I ask because it does seem to come down to power: who has it, who doesn’t. And consolidating would be a primary move, it seems to me, but at the same time I can also see the great possibility for corruption. I’m more familiar with Venezuela than the other examples you cite. Any recommendations of books about this subject?

You are very eloquent in your defense of socialism, per se. The problem is, millions, nay hundreds of millions around the world, in India, Mexico, China, in the space of just a few decades, in early 20th century, suffered horribly under what their leaders called socialism. These are historical truths, and there is no denying them even when cited by Trump.

These old dead guys were not DSA quality leaders, and they certainly did not practice DSA type principles. But what happened to them? In my humble opinion, when a single political party controls the state (like the current ugh GOP) and the state owns the means of production, cronyism, corruption and nepotism follow. These impulses follow the money. The money follows the party in power. And the evil doers gravitate to the party. For a truly valuable contemporary study, look into the sad descend of Chavez’s original egalitarian and humanitarian revolution into the current single party sorry state.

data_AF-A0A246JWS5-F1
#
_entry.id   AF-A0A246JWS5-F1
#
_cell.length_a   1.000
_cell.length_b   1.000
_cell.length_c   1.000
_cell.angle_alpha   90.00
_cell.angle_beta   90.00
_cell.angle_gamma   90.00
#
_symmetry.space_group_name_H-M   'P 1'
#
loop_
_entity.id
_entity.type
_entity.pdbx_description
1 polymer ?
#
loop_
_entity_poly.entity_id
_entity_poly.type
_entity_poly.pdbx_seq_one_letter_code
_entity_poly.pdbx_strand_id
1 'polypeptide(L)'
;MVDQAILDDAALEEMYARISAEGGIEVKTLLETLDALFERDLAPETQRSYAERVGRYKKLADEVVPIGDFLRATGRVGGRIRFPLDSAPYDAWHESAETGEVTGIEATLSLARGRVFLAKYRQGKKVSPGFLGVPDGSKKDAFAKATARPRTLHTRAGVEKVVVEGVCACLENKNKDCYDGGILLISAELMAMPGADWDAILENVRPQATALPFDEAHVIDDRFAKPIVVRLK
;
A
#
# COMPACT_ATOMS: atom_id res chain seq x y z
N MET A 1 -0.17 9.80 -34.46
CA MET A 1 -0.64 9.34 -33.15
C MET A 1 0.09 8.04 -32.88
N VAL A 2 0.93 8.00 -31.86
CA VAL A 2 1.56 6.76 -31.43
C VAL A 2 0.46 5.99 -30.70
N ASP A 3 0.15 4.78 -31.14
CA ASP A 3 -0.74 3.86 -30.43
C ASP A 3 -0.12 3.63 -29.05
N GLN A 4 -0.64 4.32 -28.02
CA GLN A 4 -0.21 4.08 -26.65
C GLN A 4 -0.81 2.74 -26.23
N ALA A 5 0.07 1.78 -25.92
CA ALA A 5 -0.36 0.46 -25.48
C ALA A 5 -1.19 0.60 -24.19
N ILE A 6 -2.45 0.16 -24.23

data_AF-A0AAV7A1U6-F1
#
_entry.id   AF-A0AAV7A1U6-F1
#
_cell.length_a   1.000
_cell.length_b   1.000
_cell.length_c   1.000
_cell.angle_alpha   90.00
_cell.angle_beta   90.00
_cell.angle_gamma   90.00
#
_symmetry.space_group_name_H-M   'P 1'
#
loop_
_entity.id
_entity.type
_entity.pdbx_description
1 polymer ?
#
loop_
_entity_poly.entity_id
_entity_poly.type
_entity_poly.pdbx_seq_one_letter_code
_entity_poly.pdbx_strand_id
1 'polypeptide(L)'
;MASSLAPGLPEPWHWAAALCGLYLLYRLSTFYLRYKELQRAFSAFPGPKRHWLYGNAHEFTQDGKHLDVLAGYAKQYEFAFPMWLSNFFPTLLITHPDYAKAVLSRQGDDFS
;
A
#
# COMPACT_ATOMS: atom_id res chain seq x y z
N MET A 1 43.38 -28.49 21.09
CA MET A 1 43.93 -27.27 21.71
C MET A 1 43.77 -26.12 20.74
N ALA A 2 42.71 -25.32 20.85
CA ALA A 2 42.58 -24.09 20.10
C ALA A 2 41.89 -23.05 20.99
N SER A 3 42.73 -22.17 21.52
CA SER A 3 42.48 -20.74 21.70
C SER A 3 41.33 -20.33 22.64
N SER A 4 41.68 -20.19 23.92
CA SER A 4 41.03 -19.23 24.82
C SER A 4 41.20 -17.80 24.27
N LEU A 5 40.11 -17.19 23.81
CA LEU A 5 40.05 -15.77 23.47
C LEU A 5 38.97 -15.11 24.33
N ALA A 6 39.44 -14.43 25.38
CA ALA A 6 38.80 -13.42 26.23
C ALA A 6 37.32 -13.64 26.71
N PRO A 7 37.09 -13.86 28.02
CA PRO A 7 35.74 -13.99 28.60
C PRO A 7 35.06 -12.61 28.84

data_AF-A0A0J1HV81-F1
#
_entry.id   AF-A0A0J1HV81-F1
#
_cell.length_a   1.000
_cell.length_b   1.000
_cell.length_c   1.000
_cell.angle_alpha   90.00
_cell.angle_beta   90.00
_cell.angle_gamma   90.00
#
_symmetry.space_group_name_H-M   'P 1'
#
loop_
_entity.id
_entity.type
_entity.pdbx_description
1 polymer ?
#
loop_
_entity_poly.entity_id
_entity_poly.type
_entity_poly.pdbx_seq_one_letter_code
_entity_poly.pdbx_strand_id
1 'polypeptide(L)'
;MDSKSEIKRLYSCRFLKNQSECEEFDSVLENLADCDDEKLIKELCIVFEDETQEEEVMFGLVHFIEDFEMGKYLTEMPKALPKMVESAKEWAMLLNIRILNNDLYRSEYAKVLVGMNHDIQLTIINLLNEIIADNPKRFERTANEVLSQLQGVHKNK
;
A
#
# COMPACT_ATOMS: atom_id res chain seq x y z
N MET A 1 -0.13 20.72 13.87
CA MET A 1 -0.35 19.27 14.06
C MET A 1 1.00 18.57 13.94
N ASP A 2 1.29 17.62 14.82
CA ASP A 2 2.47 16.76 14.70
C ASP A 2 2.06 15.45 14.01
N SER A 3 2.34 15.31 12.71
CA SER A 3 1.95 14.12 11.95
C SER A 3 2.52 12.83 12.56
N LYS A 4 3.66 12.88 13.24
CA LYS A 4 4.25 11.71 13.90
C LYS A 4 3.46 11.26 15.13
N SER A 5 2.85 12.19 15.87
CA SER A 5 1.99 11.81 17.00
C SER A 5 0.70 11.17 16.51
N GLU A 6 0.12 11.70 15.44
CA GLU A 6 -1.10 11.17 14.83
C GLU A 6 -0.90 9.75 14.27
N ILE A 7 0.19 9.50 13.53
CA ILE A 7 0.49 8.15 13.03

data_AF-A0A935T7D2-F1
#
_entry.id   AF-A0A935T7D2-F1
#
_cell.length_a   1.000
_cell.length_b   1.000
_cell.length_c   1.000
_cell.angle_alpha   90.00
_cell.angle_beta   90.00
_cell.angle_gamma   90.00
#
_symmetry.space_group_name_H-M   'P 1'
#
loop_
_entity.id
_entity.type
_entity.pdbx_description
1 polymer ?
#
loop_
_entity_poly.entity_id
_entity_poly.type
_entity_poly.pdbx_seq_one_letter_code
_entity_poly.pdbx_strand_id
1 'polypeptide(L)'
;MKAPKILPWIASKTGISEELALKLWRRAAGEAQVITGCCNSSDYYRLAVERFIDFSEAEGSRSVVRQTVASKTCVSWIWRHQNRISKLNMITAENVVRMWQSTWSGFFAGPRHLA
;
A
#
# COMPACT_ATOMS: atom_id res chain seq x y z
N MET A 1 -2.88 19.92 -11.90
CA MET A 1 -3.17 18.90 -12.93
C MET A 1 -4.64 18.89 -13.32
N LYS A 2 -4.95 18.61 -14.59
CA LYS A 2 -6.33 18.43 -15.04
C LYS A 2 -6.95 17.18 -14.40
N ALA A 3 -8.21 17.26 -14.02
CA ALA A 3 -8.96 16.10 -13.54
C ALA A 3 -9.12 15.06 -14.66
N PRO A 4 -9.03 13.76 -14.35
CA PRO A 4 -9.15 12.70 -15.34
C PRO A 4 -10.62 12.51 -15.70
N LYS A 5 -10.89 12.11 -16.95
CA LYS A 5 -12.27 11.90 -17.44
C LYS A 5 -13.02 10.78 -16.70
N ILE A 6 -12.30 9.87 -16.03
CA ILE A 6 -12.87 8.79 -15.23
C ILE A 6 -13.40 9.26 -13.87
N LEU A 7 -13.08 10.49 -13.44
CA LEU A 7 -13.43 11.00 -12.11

Hundreds of millions around the world who lived under socialism are still alive among us. Can we be so audacious as to ignore them all? What is the price of adopting a meaningless name; innocuous to all but those with dark memories of it?

I honestly don’t know, but, for example, there is some evidence that the cost of not socializing health insurance in the US is on the order $2 trillion over 10 years.

For me, it’s not about labels, it’s about rational choices.

It was actually called “The Revolution Will Not Be Televised”:

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I stand corrected. I had to convert this video from VHS to DVD - it was that long ago.
Thanks too for the U-tube link.

I don’t recall a particular book at the moment. I’ll look into it and get back to you.

Does it bother you that the Secret Service is vetting people’s
political position to make sure no one who won’t applaud can get
into the bullshitter’s campaign rallies?